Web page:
Appendix 14. Remote Sensing

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1. Introduction

Remote sensing is the process of collecting data from a long distance using sensors and cameras mounted to aircraft and satellites. The spatial scale of the data makes it a powerful tool for catchment, national and global-scale assessments. Recent advances in the resolution of remotely sensed data has made it valuable in smaller scale assessments as well. Aerial photography such as Google Earth and Bing Maps are well-known examples of remotely sensed data.

2. Aerial Photography and Satellite Imagery

Both aerial photographs and satellite images are useful tools to look at original land features such as paleo-channels. Viewing a catchment from above also gives an idea of the drainage network and shows important features such as landuse and the extent of urbanisation within the catchment. It can also be used to show the development of a river following a signifcant event such as a restoration project.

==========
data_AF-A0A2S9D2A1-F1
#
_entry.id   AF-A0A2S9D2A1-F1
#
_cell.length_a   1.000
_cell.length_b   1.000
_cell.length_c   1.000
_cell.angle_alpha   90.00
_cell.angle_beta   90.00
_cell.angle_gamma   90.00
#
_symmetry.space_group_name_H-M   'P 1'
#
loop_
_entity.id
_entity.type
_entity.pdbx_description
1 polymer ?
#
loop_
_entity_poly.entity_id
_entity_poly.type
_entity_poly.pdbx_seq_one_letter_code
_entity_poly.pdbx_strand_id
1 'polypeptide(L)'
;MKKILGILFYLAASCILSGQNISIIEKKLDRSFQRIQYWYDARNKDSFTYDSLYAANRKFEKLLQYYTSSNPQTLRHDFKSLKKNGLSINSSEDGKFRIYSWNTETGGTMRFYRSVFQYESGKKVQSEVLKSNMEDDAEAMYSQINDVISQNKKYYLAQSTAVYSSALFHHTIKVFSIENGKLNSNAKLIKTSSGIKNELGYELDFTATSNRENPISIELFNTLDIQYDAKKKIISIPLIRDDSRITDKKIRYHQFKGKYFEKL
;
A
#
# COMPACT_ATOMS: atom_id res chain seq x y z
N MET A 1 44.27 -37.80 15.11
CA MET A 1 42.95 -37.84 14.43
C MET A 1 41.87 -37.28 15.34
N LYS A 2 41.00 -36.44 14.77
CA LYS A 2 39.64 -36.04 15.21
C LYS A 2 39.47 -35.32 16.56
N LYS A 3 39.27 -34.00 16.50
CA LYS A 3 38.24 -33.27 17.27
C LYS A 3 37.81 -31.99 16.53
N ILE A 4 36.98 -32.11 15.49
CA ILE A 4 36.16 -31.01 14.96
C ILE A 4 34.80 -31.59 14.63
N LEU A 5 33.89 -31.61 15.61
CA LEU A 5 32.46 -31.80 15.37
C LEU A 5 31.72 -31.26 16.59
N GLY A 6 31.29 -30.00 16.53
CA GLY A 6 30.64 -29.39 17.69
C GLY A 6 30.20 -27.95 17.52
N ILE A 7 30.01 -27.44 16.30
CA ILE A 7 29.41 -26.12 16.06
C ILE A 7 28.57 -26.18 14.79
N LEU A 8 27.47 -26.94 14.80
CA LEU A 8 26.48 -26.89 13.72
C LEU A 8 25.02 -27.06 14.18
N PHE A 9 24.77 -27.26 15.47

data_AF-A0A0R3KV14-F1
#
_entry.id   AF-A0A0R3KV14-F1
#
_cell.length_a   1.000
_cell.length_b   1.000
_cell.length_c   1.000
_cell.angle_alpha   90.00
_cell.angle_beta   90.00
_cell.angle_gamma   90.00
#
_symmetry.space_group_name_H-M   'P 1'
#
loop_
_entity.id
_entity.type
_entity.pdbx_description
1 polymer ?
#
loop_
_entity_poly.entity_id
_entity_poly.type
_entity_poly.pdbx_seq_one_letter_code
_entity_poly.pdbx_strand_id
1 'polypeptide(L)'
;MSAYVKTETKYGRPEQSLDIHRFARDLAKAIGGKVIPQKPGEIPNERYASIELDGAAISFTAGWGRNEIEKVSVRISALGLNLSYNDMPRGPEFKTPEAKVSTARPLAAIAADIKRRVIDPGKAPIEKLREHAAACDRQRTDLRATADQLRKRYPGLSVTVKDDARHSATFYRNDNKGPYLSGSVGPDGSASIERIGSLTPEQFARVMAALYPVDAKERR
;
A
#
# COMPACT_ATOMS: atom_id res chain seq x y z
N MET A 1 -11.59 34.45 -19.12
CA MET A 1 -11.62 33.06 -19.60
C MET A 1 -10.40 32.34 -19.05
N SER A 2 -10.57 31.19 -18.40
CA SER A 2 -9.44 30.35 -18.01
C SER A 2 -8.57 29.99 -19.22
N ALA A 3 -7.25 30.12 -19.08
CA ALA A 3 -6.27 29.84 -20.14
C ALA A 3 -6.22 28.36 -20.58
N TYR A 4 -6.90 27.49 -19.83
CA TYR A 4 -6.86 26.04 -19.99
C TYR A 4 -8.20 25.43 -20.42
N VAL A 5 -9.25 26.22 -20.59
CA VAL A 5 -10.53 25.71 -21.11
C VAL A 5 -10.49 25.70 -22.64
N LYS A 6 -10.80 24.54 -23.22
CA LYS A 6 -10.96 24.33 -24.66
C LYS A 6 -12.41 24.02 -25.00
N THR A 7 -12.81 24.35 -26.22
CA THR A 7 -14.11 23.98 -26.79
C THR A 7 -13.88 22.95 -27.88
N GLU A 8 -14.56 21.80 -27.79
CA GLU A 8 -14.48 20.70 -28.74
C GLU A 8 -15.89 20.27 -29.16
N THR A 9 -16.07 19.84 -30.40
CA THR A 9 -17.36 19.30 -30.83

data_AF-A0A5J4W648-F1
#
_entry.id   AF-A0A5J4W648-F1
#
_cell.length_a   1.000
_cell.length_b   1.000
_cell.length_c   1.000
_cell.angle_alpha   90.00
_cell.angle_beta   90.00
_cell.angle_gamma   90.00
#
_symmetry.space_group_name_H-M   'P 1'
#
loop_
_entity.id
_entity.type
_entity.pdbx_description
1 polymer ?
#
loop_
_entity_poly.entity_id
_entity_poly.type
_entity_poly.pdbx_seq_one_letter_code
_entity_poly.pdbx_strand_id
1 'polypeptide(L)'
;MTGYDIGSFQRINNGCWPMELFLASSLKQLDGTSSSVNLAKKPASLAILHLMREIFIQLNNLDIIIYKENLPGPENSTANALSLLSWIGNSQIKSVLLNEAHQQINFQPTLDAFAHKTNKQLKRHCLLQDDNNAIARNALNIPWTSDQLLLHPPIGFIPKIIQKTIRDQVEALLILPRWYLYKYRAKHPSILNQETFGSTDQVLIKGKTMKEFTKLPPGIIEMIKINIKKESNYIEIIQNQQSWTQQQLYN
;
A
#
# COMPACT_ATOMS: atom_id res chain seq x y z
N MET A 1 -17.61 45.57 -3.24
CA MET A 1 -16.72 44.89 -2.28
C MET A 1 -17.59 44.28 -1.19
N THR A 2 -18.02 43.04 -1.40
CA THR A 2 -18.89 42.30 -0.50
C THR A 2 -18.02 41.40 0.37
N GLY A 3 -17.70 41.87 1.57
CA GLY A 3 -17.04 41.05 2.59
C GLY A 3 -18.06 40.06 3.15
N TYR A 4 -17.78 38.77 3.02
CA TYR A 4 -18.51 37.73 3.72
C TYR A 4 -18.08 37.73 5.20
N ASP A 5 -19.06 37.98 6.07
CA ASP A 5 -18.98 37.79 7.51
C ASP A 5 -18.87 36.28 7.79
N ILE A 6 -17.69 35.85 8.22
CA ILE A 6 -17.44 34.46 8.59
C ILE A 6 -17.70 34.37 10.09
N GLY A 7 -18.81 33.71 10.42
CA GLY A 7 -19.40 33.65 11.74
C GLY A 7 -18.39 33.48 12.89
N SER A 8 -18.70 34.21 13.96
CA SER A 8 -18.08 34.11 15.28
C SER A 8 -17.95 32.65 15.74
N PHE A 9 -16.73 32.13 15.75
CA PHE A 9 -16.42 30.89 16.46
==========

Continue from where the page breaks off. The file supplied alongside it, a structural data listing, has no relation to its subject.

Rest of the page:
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3. LiDAR

LiDAR (Light Detection And Ranging) is an optical remote sensing technology that measures properties of scattered light to find range and/or other information of a distant target. The prevalent method to determine distance to an object or surface is to use laser pulses. Like the similar radar technology, which uses radio waves, the distance to an object is determined by measuring the time delay between transmission of a pulse and detection of the reflected signal. LiDAR therefore gives you an idea of the height of the ground surface above a given datum. This can then be plotted (see Figure A12.1) and can show old meander channel and other palaeo-features.

Figure A12.1 : Example of LiDAR Data

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